26 November, 2014

The honors of honor {addended}

I took this post offline for a bit while I thought about whether to rewrite it. If you didn't read it the first time, you might want to skip down a bit and then come back to this.

I'm sure many people saw Rolling Stone's "A Note to Our Readers" or read accounts of it. If you think you have a strong opinion, but haven't seen the actual "Note", I would really encourage you to go back and reading it carefully, because it doesn't say what a lot of the newspapers to pick up the story suggest it says.

Yes, I think the report and the magazine did everyone involved in the story a grave disservice by not investigating more thoroughly. Yes, I agree with journalists who said, If you were reporting on a burglary, would you be obligated to interview the suspected burglar? Well, yes...and no... If the lack of investigation into the crime, the affiliations of the suspect, etc. were part of the story, you might very well. Moreover, if there was a really good chance that people involved were going to deny the events and try to smear the victim, thoroughly investigating the likely response, including the evidence supporting or refuting the denial and counter-accusations, would be in everyone's best interests.

Because what is one of the basic practices of detectives everywhere? Interview everyone involved before they have a chance to talk to each other, share stories, figure out what's going on, right? It seems like Jackie's friends and the involved fraternity would have been much less likely to be able to cover it up if they had been interviewed before the story appeared and prompted such an outcry. Given what we know about how rape survivors are treated, I don't think it's wrong to apply a different standard for reporting...I think it's only fair to the survivor, to give her the best possible chance of having her story taken seriously.

For all those who think they know now that "Jackie" lied, please go back and read Rolling Stone's note. I'm not going to argue that she was completely honest - I'm just going to ask you to justify:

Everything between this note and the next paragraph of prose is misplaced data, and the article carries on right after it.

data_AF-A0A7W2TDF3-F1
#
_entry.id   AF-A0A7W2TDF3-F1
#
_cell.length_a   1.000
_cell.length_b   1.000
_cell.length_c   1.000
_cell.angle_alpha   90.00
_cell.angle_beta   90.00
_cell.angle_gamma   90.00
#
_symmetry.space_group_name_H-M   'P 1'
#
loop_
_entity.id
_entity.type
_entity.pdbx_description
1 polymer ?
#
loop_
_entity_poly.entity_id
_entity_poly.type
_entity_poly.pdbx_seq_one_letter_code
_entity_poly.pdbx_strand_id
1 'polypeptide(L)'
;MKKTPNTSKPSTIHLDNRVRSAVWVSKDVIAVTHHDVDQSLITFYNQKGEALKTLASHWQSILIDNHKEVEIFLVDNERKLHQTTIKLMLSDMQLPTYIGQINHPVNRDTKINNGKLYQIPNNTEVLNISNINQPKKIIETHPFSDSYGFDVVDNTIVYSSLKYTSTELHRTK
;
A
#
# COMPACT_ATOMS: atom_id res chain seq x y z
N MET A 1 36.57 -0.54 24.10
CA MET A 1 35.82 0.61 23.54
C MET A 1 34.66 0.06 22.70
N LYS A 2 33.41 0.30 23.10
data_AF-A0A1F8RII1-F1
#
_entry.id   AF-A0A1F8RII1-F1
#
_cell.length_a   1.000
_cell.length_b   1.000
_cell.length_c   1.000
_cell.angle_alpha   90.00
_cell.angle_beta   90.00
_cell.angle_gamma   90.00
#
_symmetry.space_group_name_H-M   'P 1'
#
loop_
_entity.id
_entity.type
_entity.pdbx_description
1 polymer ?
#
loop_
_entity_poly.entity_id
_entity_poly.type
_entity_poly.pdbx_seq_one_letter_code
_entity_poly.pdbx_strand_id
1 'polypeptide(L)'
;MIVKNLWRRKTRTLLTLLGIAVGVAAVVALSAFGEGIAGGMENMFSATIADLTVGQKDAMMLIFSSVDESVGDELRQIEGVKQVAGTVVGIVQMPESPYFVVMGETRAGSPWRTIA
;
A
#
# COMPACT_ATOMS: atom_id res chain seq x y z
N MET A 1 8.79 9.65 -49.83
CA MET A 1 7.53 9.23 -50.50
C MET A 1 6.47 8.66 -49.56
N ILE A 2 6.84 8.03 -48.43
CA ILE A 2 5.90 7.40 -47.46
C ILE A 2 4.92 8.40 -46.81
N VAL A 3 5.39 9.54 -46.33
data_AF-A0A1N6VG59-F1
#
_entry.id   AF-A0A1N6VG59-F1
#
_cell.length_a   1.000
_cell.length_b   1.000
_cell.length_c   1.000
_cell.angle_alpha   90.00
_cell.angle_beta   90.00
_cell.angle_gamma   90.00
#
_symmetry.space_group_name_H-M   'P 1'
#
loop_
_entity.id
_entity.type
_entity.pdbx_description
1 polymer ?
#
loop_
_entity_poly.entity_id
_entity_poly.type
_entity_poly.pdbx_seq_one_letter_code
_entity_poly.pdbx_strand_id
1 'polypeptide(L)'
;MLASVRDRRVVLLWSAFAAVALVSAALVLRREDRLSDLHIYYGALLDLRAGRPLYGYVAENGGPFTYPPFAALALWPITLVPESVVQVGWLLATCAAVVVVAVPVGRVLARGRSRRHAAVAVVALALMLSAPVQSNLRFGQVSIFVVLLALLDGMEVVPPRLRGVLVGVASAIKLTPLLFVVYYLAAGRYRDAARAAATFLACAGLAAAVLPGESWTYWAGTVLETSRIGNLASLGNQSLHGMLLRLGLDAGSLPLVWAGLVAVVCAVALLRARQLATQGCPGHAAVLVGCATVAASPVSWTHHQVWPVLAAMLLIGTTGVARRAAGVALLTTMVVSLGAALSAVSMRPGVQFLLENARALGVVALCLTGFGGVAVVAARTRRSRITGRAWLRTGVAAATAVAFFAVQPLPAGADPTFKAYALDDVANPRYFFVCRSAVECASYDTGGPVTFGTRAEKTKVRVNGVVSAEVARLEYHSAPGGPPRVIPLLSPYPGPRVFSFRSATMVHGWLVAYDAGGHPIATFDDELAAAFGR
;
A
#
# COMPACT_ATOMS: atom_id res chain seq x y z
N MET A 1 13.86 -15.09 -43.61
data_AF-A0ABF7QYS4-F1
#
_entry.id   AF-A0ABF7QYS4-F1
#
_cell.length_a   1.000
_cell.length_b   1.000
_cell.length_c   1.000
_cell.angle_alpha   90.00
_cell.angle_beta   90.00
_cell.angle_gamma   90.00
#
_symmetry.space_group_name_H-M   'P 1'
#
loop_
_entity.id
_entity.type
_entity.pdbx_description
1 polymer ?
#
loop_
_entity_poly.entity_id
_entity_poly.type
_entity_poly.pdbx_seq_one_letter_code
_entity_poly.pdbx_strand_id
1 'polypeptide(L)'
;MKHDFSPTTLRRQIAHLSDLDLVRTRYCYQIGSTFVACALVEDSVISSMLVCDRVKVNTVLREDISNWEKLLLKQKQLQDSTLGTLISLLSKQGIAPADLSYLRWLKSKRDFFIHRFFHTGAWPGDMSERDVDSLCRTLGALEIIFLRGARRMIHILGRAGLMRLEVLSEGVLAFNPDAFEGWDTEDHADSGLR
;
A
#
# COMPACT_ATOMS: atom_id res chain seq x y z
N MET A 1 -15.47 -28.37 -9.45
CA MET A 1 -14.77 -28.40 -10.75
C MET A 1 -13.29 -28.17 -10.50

1) Why you are willing to accept the fraternity's statement (with no more corroborating evidence that the victim could provide) that there was no party that weekend and that no one matching the description of the victim's date was a fraternity brother? (Another source claimed that the fraternity's records of events didn't go back far enough to confirm or deny.)
2) Why you aren't willing to consider that the victim might have gotten details wrong and still have been assaulted? (For instance, she reported hearing her attackers make statements that suggested to her that the attack was part of an initiation rite; fraternity rush is mainly a spring event, although several fraternities and sororities participate in a more low-key fall rush. According to another anonymous friend, she allegedly changed the number of attackers from five to seven.)

Finally, several sources have suggested that Jackie's friends didn't corroborate her story. Actually, according to the Rolling Stone note, one of the friends who was present on the night of attack says that Jackie told him she was forced to give oral sex to a group of men. I agree that discrepancies warrant better investigation (criminal and investigative reporting). But I'd also ask: Isn't that enough?

Many people were quick to question how someone who sustained such a severe assault could walk away with minimal injuries. I wondered, as a physician, but I also didn't completely care, if I'm being honest. For me, the brutality of the crime was the "hook" to get people to care, because people are stunningly indifferent to the idea that nonviolent nonconsensual sex is a crime. I'm not surprised that a victim might learn to exaggerate the violence to get the response any sexual assault deserves.

Last thought: The quality of reporting on the "retraction" has been just as poor as the original reporting. The Washington Post used the headline "Key elements of Rolling Stone's UVA gang rape allegations in doubt", even though the most key element, the failure of the University to investigate rapes, period, is not in doubt at all.

My original post:
This week, we had to rearrange various rooms while new hardwood floors were installed. My dad had a framed copy of the James Hay poem The Honor Men that I have been meaning to hang in our study/library. It ends with the line, "I have worn the honors of honor, I graduated from Virginia."

I'm assuming that many of you know where this is going. For those who don't, you should probably start here, with the Rolling Stone article, "A Rape on Campus: A Brutal Assault and a Struggle for Justice at UVA."

The short version is that it tells the story of a UVA undergraduate who was gang-raped at a fraternity party by seven men, none of whom ever faced charges or even administrative justice.

Then I would recommend you read this from the Cavalier Daily.

Let me say first: A lot of people - including UVA's Board of Visitors and several deans - have been busy expressed their outrage, their disappointment, their disgust. For some of them, it might be genuine. But many more people were not shocked, because we've known since sexual assault on university campuses started getting more attention last year, that eventually the media spotlight would fall on UVA. And we knew we weren't any different than anyone else.